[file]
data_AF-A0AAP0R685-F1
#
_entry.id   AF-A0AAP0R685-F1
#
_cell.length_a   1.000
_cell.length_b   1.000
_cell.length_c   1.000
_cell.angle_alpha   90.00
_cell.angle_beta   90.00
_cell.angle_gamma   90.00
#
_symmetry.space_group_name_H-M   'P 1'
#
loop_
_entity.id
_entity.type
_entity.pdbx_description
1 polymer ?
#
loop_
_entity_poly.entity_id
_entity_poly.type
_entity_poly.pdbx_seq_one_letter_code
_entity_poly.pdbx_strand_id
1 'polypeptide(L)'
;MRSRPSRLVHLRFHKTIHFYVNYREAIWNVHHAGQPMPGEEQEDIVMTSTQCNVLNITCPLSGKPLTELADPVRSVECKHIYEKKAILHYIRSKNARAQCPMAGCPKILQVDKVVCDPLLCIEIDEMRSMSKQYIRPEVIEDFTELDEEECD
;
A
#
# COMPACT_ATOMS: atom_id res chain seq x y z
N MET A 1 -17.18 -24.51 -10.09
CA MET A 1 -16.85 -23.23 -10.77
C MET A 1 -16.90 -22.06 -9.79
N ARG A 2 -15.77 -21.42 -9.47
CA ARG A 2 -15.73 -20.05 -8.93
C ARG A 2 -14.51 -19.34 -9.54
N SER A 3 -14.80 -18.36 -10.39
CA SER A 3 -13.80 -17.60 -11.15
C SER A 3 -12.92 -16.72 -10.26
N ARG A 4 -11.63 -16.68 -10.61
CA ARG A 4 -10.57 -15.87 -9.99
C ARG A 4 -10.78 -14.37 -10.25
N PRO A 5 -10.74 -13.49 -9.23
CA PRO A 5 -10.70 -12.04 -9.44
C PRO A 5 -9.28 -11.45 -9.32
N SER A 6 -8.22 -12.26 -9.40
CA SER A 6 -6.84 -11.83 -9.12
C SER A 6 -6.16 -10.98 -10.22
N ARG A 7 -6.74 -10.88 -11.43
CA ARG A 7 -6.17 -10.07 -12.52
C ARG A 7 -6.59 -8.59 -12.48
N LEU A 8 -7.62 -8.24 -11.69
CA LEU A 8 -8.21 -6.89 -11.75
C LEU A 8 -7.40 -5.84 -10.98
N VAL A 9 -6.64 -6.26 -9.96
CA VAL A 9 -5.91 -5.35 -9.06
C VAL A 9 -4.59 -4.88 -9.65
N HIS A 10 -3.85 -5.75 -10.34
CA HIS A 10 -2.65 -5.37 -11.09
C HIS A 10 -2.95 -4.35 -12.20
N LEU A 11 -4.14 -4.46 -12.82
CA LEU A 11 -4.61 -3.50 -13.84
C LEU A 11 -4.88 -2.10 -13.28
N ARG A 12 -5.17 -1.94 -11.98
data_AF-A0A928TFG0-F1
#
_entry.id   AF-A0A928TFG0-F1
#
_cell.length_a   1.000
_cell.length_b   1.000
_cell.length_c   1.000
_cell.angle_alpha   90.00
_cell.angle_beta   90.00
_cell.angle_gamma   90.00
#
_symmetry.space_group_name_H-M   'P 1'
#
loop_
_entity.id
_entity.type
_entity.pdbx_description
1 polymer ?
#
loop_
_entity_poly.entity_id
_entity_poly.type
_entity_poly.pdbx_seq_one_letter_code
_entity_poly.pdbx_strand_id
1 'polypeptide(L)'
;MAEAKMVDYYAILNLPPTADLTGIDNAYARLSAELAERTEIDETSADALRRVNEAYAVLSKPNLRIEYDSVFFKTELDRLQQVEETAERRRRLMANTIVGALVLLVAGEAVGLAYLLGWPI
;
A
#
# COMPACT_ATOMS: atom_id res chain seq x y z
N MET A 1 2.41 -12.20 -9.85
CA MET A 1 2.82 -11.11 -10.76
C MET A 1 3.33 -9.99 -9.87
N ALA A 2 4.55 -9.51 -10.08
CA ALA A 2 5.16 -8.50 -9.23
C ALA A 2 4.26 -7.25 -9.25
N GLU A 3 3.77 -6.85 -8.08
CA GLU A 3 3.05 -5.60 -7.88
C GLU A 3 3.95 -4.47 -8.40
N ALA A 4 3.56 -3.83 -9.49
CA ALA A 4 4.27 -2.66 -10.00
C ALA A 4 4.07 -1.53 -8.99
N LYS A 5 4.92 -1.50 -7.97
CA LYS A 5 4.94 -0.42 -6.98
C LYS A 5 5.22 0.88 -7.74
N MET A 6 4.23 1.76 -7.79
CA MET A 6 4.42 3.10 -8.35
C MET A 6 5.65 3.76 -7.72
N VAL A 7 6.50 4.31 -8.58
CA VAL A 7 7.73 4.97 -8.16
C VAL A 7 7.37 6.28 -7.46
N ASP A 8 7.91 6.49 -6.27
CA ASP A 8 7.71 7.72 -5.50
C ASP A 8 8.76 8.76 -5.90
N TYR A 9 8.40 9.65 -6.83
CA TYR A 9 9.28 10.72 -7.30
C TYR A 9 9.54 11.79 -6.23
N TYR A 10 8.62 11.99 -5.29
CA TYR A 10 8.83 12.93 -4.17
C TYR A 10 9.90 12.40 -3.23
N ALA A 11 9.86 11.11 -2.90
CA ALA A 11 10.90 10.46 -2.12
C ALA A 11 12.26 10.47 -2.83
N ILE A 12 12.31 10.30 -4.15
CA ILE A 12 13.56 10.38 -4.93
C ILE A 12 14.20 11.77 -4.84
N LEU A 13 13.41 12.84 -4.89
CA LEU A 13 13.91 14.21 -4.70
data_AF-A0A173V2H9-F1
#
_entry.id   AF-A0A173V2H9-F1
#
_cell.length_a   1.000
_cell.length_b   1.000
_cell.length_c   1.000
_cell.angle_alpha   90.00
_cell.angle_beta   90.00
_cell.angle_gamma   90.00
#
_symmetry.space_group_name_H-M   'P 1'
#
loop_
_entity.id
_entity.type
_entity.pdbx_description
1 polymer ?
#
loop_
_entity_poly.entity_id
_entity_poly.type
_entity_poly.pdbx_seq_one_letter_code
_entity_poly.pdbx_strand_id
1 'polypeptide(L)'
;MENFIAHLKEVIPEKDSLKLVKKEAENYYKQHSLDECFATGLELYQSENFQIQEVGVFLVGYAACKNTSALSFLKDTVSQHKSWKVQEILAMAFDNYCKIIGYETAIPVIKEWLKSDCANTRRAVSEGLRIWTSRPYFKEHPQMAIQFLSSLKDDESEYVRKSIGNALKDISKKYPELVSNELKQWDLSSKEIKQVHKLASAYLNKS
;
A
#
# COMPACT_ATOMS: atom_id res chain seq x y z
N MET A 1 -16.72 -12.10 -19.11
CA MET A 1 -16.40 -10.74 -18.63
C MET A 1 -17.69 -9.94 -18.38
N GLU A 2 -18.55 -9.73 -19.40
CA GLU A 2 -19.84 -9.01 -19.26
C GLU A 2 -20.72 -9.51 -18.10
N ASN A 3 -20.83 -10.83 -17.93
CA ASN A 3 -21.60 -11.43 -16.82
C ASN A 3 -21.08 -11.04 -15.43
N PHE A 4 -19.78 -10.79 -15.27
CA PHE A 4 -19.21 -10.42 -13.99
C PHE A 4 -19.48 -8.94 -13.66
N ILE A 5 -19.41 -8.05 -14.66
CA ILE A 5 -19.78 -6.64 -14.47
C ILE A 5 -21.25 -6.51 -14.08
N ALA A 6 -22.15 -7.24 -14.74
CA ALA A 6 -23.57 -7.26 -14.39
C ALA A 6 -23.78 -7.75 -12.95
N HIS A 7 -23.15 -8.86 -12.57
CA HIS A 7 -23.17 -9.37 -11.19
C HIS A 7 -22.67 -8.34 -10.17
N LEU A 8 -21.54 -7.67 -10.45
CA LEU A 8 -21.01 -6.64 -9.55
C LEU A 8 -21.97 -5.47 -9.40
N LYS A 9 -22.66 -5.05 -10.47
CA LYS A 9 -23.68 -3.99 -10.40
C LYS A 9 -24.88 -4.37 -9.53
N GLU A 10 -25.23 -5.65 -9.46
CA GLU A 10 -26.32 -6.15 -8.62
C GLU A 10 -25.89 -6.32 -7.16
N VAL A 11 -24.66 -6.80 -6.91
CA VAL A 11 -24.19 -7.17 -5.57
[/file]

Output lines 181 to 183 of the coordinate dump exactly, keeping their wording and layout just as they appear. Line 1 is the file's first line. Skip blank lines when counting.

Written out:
N HIS A 7 -23.15 -8.86 -12.57
CA HIS A 7 -23.17 -9.37 -11.19
C HIS A 7 -22.67 -8.34 -10.17